The example of Zoom illustrates how companies, organizations, governments and private individuals benefit to an unprecedented extent from the advantages of digitalization, especially in the context of the ongoing C-19 pandemic, but also beyond such global crisis situations, while at the same time being faced with the considerable challenges and security risks brought about by the new technologies of what is known as the Fourth Industrial Revolution. This Fourth Industrial Revolution, being “characterized by a fusion of technologies that is blurring the lines between the physical, digital, and biological spheres”, is changing the ways we live, work and interact, resulting in significant risks to the privacy of natural persons, as well as to security and stability in general.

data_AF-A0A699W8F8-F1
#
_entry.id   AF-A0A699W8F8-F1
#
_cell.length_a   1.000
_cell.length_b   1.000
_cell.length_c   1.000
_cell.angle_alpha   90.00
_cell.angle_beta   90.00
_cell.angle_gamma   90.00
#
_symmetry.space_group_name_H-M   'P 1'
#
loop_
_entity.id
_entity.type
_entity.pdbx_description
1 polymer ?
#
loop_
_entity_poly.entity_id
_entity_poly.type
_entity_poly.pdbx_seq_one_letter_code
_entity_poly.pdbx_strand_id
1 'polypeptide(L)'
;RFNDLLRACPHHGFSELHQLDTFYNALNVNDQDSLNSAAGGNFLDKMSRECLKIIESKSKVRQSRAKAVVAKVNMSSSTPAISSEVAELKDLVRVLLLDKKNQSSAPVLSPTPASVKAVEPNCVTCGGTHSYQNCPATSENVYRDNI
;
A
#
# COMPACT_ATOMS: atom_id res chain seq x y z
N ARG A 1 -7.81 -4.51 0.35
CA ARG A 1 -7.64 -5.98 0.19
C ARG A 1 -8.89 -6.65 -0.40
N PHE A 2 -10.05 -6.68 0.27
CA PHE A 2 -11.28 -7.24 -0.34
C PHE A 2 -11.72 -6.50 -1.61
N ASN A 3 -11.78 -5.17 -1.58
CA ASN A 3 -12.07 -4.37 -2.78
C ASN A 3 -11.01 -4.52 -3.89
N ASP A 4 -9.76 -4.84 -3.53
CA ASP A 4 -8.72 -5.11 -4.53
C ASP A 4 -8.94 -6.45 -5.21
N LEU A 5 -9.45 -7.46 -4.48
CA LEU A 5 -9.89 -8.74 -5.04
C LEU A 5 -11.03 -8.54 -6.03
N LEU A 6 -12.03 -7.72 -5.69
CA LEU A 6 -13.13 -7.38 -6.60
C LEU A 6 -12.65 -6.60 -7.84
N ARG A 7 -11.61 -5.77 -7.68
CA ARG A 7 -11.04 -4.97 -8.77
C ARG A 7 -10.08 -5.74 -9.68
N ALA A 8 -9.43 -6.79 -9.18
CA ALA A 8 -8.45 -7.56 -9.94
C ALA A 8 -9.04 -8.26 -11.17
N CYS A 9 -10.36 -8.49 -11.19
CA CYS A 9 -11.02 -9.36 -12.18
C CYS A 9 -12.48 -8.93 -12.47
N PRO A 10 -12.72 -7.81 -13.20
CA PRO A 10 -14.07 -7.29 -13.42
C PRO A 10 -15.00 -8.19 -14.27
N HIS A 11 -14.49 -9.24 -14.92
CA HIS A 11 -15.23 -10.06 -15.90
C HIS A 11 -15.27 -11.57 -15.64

Several recently occurring or publicly emerging Cyber Security incidents underpin the scope of these risks: A cyber-attack on the British airline EasyJet, in the course of which personal data including email addresses and travel plans of 9 million EasyJet customers and additionally, credit card details of over 2,000 customers, were stolen, became known in May 2020. This once again demonstrates that companies of all kinds can at all times become targets and victims of cyber-attacks. Costly penalties for violations of the General Data Protection Regulation (EU) 2016/679 (GDPR), as well as claims for damages and lawsuits by those affected and, last but not least, the loss of reputation often caused by such security incidents, pose significant challenges for companies under any circumstances. These challenges can, however, easily become existence-threatening, especially in view of the C-19 induced crisis situation, in which particularly the aviation industry currently finds itself in, as recently highlighted, when Austrian Airlines received EUR 450 million in financial aid from the Austrian government.